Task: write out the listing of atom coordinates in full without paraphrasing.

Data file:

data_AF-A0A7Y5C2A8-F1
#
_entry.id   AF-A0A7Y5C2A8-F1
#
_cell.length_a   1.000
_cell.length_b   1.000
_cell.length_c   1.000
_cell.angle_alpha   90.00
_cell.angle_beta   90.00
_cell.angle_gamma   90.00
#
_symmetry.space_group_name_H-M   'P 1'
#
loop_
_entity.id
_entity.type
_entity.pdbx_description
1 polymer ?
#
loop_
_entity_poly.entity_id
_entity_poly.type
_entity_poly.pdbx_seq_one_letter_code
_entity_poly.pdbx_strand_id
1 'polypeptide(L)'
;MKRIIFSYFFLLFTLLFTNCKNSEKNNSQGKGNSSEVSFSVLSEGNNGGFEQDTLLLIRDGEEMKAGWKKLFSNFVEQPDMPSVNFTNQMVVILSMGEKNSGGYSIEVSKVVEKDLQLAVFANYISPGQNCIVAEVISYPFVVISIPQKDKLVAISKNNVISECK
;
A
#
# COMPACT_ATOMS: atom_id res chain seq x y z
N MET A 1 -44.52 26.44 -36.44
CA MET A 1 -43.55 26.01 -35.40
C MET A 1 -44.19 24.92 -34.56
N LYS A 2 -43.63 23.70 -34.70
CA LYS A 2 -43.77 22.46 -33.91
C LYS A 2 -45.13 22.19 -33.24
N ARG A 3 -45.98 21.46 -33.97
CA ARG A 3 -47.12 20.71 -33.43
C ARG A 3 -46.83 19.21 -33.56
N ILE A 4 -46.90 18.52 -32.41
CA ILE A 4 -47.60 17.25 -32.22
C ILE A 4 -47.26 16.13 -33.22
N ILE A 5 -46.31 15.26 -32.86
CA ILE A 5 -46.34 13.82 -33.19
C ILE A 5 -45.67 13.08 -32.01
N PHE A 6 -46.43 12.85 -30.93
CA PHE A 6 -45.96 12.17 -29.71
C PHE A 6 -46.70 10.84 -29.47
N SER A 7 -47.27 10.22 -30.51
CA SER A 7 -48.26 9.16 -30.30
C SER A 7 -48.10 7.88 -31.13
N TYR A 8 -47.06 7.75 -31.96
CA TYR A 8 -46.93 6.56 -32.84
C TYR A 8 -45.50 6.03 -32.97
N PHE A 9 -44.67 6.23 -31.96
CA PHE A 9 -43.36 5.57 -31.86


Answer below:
data_AF-A0A7Y5C2A8-F1
#
_entry.id   AF-A0A7Y5C2A8-F1
#
_cell.length_a   1.000
_cell.length_b   1.000
_cell.length_c   1.000
_cell.angle_alpha   90.00
_cell.angle_beta   90.00
_cell.angle_gamma   90.00
#
_symmetry.space_group_name_H-M   'P 1'
#
loop_
_entity.id
_entity.type
_entity.pdbx_description
1 polymer ?
#
loop_
_entity_poly.entity_id
_entity_poly.type
_entity_poly.pdbx_seq_one_letter_code
_entity_poly.pdbx_strand_id
1 'polypeptide(L)'
;MKRIIFSYFFLLFTLLFTNCKNSEKNNSQGKGNSSEVSFSVLSEGNNGGFEQDTLLLIRDGEEMKAGWKKLFSNFVEQPDMPSVNFTNQMVVILSMGEKNSGGYSIEVSKVVEKDLQLAVFANYISPGQNCIVAEVISYPFVVISIPQKDKLVAISKNNVISECK
;
A
#
# COMPACT_ATOMS: atom_id res chain seq x y z
N MET A 1 -44.52 26.44 -36.44
CA MET A 1 -43.55 26.01 -35.40
C MET A 1 -44.19 24.92 -34.56
N LYS A 2 -43.63 23.70 -34.70
CA LYS A 2 -43.77 22.46 -33.91
C LYS A 2 -45.13 22.19 -33.24
N ARG A 3 -45.98 21.46 -33.97
CA ARG A 3 -47.12 20.71 -33.43
C ARG A 3 -46.83 19.21 -33.56
N ILE A 4 -46.90 18.52 -32.41
CA ILE A 4 -47.60 17.25 -32.22
C ILE A 4 -47.26 16.13 -33.22
N ILE A 5 -46.31 15.26 -32.86
CA ILE A 5 -46.34 13.82 -33.19
C ILE A 5 -45.67 13.08 -32.01
N PHE A 6 -46.43 12.85 -30.93
CA PHE A 6 -45.96 12.17 -29.71
C PHE A 6 -46.70 10.84 -29.47
N SER A 7 -47.27 10.22 -30.51
CA SER A 7 -48.26 9.16 -30.30
C SER A 7 -48.10 7.88 -31.13
N TYR A 8 -47.06 7.75 -31.96
CA TYR A 8 -46.93 6.56 -32.84
C TYR A 8 -45.50 6.03 -32.97
N PHE A 9 -44.67 6.23 -31.96
CA PHE A 9 -43.36 5.57 -31.86